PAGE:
I have met Dr. Dunsire several times. She is an incredibly impressive woman! Tall, elegant, uber- intelligent–yet personable and approachable.
I first met Dr. Dunsire at a reception for multiple myeloma patients who had agreed to volunteer to become members of a new patient advisory board Millennium Pharmaceuticals was starting two years ago.
As she “worked the room,” I noticed something important about her: She listened.
I will never forget the next time I ran into her–literally. It was at ASH in New Orleans, December of 2009. I was taking notes during a poster session which featured a new, experimental drug being developed by Millennium.
I noticed Dr. Dunsire out of the corner of my left eye, as she spoke with a small group of researchers and myeloma docs. I turned back to continue working, only to hear “Hello Pat! How are you?” from behind. It was–you guessed it–Dr. Dunsire. There was no way she could have seen my name badge, and I didn’t know anyone from the group she was with.
I have trouble remembering my own name, let alone someone I met six months earlier. Do you think that left an impression? You bet!
I ran a link to an article about Dr. Dunsire earlier today on Myeloma News.com. It was short and didn’t do her justice–so I found this story on Fierce Biotech.com, proclaiming her one of the top 10 women in biotech.
I believe it! If she ran, Dr. Dunsire would get my vote for President of the United States!
Deborah Dunsire – Top 10 Women in Biotech
August 30, 2010 — By John Carroll
Name: Deborah Dunsire
Current Company: Millennium, the Takeda Oncology Company
Title: President and CEO
Profile: Deborah Dunsire’s life has been a long and successful journey to the top of the biotech industry. The Africa-born daughter of Scottish parents grew up to become a doctor and eventually chief of Novartis’ North American oncology business, where she turned her passion for healing into a career centered on a string of major cancer drug launches. And when Millennium went looking for a new CEO, it found just what it was looking for in Dunsire, who quickly revived flagging sales of Velcade as she started to remake the company’s pipeline.
Dunsire’s success at Millennium proved a boon to investors, who picked up a big premium when Takeda bought out the company for $8.8 billion. And she’s stayed on, still pushing to be the best there is in the world of oncology; still striving to do well in business by doing well for cancer patients. Dunsire likes to say that excellence is a habit. Routine success has become her habitual reward.
1. What do you think has contributed to your success in this industry?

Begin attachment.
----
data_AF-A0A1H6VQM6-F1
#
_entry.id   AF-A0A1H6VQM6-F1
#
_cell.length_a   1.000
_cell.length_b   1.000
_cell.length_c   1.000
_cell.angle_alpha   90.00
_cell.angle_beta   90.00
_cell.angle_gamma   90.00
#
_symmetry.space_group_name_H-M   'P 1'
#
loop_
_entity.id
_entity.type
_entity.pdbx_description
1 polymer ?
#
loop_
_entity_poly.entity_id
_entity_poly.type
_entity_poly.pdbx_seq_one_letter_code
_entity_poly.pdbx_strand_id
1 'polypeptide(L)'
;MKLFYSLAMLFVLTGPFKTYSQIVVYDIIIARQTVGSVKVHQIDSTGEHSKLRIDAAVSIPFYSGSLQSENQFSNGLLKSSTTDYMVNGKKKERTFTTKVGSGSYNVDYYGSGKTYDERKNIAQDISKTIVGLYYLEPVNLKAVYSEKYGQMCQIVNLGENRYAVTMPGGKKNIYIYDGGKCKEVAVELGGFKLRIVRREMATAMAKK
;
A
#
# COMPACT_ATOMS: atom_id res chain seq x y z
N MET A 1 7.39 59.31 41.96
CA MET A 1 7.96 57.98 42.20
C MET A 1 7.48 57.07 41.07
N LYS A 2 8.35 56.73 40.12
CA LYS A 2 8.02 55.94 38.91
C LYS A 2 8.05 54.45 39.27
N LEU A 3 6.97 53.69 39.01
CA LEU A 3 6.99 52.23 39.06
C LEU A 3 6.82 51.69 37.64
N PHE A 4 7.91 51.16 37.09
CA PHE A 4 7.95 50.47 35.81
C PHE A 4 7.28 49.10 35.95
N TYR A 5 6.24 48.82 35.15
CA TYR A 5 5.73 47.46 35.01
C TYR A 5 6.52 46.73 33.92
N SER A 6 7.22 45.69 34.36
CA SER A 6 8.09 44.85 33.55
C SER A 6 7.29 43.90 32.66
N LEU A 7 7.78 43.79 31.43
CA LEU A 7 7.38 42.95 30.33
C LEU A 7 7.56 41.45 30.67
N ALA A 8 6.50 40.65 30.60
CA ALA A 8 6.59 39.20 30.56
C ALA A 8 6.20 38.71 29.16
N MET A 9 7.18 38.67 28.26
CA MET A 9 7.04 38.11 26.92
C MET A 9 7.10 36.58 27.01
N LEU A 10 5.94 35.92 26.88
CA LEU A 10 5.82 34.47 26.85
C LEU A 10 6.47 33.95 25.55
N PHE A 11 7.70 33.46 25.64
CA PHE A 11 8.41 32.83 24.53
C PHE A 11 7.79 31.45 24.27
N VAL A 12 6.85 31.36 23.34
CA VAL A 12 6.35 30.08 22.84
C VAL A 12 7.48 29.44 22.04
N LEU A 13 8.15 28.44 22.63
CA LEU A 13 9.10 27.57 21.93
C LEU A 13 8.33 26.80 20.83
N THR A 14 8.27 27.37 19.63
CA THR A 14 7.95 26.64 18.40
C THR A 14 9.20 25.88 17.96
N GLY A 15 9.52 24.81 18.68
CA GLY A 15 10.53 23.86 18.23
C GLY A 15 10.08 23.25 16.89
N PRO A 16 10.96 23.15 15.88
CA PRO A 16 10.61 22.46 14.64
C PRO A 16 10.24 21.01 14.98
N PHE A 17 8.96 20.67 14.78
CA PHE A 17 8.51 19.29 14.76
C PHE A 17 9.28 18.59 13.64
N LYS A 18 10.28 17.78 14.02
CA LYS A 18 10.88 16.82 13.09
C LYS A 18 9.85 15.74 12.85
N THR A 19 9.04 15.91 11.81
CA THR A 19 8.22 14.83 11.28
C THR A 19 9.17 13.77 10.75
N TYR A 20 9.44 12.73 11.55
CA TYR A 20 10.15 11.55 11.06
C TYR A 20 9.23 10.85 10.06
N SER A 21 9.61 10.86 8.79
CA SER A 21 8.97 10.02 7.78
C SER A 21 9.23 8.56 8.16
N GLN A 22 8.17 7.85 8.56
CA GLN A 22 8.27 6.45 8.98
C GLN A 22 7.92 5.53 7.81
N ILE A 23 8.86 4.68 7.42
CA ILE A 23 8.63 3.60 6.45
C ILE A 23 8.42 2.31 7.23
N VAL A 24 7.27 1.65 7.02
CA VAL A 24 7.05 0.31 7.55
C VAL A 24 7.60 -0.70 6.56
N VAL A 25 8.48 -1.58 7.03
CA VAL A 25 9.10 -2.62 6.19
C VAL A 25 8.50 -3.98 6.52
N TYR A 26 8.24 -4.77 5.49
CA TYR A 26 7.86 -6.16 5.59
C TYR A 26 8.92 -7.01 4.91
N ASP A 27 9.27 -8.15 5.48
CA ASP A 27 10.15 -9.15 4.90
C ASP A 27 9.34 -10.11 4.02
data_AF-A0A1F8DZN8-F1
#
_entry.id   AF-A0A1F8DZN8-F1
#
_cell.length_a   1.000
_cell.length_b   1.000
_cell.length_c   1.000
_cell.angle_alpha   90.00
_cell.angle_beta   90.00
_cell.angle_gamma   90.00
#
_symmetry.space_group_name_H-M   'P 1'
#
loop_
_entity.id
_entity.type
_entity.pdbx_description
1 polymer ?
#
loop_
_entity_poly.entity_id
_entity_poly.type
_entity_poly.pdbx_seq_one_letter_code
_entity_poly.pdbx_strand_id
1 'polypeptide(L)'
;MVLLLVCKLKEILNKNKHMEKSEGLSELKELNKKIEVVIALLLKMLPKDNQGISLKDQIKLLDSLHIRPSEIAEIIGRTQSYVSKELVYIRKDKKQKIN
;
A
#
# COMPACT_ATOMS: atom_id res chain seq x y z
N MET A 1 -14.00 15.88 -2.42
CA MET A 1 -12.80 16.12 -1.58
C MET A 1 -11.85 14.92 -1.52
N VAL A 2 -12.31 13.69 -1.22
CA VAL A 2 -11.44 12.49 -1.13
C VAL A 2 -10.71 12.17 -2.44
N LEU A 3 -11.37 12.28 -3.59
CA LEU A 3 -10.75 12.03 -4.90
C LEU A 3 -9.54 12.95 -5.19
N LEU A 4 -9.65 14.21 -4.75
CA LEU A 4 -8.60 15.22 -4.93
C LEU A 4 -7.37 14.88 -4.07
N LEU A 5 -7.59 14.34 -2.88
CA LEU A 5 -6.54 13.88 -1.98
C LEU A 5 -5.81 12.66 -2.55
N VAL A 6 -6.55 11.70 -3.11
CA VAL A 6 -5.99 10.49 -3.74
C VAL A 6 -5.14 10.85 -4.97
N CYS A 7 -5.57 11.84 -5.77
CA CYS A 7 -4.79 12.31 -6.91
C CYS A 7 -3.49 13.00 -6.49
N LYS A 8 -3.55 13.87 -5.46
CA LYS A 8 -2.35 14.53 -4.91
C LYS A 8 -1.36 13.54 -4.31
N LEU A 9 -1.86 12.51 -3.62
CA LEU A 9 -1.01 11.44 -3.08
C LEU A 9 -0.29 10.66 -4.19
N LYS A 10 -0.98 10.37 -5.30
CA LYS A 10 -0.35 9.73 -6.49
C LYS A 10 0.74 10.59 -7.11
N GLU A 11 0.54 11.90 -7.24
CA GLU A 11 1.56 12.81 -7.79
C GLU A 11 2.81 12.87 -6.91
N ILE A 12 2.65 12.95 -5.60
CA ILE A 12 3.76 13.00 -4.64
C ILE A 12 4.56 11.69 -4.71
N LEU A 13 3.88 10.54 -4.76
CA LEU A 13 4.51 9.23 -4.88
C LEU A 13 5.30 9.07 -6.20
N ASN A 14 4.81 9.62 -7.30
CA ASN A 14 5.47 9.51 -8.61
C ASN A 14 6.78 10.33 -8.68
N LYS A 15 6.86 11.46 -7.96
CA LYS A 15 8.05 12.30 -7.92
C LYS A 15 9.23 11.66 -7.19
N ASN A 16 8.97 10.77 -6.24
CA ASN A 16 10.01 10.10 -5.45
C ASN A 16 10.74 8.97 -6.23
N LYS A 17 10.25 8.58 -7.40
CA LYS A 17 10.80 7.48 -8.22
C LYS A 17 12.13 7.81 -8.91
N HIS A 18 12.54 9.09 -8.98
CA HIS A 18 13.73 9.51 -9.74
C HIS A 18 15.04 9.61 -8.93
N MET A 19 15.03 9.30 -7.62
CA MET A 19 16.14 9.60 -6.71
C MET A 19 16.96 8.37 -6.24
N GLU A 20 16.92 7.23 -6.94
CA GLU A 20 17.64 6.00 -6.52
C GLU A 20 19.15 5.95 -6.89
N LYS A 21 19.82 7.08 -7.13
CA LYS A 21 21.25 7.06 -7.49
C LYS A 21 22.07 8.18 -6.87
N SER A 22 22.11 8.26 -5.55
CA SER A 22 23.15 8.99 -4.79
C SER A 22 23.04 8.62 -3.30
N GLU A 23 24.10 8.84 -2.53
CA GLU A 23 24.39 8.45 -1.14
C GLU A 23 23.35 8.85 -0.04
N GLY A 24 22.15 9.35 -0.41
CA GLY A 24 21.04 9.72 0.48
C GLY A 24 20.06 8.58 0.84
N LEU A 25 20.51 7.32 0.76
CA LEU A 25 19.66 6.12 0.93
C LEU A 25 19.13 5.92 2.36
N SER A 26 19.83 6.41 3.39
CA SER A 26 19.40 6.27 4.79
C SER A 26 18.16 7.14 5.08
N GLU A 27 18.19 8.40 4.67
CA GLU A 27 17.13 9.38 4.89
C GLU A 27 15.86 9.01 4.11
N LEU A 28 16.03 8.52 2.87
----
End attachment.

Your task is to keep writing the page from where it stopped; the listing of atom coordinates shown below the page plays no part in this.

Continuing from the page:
The most important factor has been working with great people me for them of them for me and learning from all of them! My medical training is a big help but there is no real course that trains you in biotech drug discovery and development–it’s an apprenticeship, so learn from everyone! I’ve also benefited from being willing to step outside my comfort zone and risk failing by trying new things–moving out of clinical into commercial roles, moving internationally, and taking on feedback. I love learning and growing and this industry demands a lot of that! I feel I have also been blessed to work on great medicines that turned out to bring radical improvement to patients. Not everybody gets that experience, no matter how good they are.
2. What advice would you give to women just starting out in biotech?
Be passionate about your work and the fact that through the biotech work we do we can change outcomes in human health. Always focus on how you can advance progress to that goal through your work, and look for ways to innovate to make your company faster and more effective. Get broad exposure to as many of the major strategic areas for a biotech as possible, including discovery, development, commercialization and financing. Never lose sight of the fact that real progress is made through deep understanding of emerging science. No matter what your role in a biotech, you must be deeply interested in the quality and focus of the science in the enterprise. Be optimistic but grounded–there will be many disappointments, but learn from failure and rise up and do it better.
Fierce Biotech.com is primarily an investment site. But they run some in-depth stories about players in the drug and biotech industries. Here is a link to their home page: Free Daily Biotech Industry Newsletter.
Feel good and keep smiling! Pat